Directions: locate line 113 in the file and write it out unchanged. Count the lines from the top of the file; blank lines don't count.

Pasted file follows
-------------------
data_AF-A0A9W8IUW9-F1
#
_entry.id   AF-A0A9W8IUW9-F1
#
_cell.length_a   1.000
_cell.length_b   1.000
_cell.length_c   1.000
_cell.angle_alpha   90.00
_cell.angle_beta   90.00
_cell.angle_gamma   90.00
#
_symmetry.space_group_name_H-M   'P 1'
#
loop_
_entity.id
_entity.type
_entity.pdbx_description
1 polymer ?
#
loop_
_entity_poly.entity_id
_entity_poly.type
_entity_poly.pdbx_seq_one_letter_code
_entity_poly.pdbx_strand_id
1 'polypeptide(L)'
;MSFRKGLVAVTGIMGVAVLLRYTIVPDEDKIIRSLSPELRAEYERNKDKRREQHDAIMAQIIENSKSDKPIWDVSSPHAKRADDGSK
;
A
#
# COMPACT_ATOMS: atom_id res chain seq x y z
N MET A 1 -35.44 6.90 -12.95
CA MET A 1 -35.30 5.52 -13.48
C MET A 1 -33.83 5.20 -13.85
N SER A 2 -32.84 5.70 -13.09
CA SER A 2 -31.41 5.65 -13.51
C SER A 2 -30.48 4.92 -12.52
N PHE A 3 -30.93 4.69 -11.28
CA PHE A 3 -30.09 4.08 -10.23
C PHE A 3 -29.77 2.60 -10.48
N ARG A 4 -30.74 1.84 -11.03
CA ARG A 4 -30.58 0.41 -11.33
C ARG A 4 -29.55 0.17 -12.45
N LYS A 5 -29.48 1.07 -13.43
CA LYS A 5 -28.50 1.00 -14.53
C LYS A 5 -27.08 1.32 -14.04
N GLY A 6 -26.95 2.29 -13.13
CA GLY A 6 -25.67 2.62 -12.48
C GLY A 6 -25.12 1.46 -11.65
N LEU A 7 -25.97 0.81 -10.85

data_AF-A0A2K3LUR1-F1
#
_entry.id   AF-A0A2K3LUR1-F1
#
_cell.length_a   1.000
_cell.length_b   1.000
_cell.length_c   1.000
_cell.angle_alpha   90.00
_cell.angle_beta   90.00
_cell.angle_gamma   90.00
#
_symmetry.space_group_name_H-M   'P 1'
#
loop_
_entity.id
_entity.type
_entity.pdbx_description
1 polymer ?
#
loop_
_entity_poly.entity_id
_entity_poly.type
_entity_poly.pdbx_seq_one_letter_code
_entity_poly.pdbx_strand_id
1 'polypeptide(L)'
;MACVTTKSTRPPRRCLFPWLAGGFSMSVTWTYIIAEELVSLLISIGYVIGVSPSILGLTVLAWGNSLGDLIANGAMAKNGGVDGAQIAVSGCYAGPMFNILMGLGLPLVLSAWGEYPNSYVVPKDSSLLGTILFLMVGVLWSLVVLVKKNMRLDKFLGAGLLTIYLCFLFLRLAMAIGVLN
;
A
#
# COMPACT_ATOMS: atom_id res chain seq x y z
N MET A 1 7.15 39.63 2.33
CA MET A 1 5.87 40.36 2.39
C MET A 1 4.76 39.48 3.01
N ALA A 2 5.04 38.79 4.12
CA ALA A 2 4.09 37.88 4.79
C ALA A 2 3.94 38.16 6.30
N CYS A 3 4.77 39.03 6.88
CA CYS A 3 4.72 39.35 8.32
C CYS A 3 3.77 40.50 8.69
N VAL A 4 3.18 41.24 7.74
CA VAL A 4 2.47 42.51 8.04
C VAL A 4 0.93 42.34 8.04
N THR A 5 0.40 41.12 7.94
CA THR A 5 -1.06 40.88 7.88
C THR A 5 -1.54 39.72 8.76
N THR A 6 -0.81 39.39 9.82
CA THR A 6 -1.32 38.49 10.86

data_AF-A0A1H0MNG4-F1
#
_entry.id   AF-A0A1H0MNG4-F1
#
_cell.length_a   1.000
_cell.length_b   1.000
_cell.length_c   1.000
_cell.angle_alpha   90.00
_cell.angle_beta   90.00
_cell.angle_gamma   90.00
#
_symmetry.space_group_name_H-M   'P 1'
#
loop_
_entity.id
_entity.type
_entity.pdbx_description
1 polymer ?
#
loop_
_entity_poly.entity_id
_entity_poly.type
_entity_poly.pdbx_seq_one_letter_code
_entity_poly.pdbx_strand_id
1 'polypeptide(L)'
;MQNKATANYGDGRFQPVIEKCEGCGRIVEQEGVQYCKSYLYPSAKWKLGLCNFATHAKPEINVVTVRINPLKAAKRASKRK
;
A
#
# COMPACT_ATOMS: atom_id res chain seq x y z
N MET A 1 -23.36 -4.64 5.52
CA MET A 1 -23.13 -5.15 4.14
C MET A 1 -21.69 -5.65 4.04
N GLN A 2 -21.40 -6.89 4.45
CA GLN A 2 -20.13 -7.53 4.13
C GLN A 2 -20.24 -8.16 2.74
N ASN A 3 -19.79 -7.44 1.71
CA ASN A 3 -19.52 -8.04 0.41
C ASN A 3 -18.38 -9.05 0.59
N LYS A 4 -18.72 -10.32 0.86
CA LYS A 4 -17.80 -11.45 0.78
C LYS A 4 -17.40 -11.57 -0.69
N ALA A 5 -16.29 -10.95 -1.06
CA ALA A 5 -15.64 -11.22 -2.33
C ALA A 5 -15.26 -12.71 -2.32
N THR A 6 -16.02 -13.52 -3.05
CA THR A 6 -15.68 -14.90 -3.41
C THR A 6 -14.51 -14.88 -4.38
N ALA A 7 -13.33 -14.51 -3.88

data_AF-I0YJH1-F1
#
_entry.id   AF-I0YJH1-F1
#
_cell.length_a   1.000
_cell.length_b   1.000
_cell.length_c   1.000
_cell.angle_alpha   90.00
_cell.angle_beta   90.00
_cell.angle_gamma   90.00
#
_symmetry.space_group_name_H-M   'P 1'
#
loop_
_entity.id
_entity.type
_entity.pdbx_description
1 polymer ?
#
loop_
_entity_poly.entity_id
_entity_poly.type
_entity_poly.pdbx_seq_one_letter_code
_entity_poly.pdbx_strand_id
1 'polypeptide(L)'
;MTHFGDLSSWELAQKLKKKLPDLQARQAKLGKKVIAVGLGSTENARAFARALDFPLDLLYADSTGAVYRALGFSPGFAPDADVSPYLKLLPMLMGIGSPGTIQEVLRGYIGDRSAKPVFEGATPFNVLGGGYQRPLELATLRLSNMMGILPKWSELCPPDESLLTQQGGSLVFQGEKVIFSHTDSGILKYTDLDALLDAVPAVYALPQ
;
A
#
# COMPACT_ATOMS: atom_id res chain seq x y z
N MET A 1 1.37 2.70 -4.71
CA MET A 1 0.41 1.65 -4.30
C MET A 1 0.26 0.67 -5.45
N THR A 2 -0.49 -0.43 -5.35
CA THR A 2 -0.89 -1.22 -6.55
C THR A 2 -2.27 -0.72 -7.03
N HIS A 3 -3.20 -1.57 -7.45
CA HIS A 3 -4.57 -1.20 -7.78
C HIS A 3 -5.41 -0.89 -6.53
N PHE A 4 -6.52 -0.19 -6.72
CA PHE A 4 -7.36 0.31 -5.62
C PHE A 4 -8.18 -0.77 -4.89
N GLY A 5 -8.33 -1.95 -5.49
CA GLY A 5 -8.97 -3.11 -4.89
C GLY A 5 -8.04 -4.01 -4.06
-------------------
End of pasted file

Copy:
_entity.pdbx_description